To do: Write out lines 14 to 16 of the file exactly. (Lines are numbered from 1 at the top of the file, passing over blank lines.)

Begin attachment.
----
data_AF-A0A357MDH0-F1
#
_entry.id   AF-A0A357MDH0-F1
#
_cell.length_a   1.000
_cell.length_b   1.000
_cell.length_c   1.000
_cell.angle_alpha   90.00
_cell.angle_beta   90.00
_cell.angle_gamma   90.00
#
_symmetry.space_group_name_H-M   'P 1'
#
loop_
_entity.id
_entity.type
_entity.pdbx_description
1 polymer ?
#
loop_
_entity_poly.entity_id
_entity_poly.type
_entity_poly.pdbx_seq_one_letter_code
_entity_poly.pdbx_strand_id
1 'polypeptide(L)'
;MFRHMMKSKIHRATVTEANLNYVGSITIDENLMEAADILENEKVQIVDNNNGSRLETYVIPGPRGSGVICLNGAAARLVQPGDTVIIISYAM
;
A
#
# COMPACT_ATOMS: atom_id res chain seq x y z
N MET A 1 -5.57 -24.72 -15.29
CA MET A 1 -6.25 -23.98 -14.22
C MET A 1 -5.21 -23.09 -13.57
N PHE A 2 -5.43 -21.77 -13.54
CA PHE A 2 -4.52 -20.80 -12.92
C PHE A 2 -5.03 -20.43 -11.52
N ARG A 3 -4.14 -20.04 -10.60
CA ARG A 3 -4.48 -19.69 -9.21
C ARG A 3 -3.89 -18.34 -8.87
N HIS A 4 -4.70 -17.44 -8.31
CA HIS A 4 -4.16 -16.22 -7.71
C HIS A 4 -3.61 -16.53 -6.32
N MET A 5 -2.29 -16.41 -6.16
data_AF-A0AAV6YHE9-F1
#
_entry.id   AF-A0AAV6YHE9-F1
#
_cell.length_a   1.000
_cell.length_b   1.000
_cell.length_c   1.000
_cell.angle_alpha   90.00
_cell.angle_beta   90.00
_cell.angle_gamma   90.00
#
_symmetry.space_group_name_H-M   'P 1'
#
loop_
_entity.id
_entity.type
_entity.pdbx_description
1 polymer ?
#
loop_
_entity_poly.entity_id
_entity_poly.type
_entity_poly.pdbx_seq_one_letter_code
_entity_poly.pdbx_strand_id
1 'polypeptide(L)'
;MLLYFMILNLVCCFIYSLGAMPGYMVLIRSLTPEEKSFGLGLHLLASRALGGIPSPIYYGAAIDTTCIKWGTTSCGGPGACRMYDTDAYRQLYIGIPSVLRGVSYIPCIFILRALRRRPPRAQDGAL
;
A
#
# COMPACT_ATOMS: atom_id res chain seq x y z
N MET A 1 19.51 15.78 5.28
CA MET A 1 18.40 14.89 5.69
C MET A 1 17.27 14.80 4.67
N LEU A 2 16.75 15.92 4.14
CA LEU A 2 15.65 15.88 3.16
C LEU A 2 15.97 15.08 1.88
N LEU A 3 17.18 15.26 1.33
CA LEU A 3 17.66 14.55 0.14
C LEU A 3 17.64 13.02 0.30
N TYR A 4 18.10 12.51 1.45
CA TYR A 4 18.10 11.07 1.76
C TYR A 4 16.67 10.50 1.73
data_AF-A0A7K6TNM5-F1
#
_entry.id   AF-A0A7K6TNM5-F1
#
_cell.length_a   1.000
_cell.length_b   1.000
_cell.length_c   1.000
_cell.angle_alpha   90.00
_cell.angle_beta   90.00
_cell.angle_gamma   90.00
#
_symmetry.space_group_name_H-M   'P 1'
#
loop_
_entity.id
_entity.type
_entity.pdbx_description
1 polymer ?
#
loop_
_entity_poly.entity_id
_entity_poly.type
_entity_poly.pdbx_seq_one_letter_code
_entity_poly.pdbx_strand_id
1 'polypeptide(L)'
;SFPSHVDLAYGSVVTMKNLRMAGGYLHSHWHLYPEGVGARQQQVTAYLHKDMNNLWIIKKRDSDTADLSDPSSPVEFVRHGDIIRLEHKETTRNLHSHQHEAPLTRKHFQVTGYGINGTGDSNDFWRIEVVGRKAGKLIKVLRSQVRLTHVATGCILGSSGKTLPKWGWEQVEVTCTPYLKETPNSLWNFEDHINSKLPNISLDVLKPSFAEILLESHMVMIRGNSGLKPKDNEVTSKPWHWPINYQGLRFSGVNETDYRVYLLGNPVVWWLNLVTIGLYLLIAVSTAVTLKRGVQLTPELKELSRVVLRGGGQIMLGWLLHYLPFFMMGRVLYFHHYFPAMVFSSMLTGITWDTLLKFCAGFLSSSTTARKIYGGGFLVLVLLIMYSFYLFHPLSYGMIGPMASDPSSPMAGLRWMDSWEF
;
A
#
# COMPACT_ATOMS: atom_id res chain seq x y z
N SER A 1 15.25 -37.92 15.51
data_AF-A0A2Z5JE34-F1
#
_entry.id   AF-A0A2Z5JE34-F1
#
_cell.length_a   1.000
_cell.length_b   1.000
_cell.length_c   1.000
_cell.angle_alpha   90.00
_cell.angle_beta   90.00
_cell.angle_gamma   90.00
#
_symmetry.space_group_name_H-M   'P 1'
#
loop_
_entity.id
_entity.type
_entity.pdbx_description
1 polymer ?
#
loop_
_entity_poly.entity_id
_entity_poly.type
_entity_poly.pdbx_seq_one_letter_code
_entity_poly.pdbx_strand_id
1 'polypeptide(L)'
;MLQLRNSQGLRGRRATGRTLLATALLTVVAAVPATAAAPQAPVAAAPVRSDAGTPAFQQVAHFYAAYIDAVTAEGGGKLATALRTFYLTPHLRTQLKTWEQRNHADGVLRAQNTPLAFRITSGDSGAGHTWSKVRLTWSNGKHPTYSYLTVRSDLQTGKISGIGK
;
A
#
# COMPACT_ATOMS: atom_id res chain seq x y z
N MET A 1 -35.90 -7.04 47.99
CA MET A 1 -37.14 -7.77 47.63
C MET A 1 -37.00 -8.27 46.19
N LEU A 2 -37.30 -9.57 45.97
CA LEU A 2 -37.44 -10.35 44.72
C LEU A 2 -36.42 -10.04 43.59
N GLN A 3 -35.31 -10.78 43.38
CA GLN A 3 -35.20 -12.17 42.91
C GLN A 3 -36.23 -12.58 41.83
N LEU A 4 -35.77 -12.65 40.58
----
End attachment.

loop_
_entity.id
_entity.type